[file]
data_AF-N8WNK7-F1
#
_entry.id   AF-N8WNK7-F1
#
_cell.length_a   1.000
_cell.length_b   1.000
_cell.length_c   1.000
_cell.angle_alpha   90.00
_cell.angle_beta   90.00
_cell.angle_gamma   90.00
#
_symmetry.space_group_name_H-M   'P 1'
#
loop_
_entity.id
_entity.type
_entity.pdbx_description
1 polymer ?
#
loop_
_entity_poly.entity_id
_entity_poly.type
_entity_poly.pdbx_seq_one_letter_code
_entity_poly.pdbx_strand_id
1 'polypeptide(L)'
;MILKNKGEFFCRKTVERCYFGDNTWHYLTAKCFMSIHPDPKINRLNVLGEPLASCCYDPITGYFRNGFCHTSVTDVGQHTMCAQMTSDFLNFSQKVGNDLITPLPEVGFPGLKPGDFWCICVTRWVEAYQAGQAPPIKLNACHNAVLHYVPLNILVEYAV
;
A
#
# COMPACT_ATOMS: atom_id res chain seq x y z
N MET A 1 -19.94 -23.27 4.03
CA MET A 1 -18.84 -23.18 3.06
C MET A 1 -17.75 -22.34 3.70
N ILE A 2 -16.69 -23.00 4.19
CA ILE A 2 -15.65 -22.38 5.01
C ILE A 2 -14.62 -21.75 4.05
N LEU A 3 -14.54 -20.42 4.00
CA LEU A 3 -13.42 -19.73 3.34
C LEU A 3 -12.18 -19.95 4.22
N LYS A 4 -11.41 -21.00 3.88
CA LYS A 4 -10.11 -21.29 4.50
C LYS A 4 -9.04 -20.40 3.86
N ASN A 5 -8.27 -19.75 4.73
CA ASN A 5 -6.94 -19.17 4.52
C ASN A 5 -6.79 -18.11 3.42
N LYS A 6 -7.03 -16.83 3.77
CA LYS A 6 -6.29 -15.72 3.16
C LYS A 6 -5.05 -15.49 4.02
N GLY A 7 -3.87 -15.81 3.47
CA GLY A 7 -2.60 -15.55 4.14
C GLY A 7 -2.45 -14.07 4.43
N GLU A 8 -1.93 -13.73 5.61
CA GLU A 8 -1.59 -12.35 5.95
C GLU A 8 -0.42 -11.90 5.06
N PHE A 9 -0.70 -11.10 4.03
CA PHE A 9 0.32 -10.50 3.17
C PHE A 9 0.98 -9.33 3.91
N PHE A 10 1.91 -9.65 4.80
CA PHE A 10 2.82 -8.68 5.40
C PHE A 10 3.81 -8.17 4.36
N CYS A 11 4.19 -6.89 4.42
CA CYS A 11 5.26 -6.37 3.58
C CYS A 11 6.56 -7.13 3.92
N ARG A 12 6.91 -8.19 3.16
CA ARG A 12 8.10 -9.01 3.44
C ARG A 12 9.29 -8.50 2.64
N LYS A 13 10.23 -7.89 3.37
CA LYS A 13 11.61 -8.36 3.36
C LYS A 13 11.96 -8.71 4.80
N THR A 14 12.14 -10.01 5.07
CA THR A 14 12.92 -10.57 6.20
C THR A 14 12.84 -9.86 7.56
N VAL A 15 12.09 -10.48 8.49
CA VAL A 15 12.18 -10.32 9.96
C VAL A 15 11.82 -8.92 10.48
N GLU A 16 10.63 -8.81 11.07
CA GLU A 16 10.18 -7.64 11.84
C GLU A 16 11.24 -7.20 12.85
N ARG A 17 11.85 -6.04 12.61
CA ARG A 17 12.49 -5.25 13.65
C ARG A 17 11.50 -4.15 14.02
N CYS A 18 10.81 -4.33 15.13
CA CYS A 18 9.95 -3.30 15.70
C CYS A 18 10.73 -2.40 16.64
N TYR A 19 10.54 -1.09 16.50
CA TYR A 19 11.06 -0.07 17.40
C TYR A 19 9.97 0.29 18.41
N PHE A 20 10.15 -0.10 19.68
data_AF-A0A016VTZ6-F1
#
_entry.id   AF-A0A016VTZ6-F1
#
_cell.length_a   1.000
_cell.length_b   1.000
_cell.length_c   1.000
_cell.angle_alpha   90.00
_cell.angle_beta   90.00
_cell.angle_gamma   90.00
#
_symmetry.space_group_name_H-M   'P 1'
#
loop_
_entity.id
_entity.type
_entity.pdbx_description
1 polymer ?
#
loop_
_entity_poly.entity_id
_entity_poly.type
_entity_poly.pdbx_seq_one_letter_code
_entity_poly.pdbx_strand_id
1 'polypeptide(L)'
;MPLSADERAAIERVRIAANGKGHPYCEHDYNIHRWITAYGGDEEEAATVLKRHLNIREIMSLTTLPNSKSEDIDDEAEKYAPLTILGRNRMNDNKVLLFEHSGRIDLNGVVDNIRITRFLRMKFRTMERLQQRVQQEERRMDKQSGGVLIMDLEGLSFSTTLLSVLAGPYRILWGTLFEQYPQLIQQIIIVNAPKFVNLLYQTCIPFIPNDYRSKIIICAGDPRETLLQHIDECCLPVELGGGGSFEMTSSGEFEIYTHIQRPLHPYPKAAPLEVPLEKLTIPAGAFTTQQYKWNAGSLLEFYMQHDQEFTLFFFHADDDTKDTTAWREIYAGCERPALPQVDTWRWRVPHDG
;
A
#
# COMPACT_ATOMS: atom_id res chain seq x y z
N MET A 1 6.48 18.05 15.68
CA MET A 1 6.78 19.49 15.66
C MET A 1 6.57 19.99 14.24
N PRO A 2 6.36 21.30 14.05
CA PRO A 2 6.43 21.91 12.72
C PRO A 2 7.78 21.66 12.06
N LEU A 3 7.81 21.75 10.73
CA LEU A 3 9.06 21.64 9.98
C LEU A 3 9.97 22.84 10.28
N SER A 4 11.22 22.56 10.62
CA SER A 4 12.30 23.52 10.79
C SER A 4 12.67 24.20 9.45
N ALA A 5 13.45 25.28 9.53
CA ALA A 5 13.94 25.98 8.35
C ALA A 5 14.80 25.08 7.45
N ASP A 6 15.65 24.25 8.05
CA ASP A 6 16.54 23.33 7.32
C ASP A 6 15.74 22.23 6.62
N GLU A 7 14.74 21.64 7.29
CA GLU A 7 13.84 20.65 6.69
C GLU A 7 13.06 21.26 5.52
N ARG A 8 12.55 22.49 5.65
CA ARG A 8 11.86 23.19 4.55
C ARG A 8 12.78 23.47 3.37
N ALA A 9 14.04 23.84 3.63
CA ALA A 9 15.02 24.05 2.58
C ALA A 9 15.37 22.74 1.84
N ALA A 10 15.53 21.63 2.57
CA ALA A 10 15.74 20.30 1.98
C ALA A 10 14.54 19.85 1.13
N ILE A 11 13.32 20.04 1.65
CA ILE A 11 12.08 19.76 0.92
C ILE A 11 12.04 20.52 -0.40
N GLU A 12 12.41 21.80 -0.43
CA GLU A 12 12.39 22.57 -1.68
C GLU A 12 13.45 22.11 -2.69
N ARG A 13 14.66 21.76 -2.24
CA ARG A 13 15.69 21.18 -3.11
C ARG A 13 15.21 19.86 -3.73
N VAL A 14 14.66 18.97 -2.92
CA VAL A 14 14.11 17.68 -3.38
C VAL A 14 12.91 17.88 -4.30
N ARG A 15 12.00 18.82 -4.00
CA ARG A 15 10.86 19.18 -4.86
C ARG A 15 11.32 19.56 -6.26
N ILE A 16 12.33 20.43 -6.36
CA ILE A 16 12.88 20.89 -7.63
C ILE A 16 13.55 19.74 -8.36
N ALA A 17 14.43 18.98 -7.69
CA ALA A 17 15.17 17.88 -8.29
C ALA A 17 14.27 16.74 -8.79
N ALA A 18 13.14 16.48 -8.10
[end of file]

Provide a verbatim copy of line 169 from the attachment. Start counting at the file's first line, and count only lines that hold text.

C ALA A 17 14.27 16.74 -8.79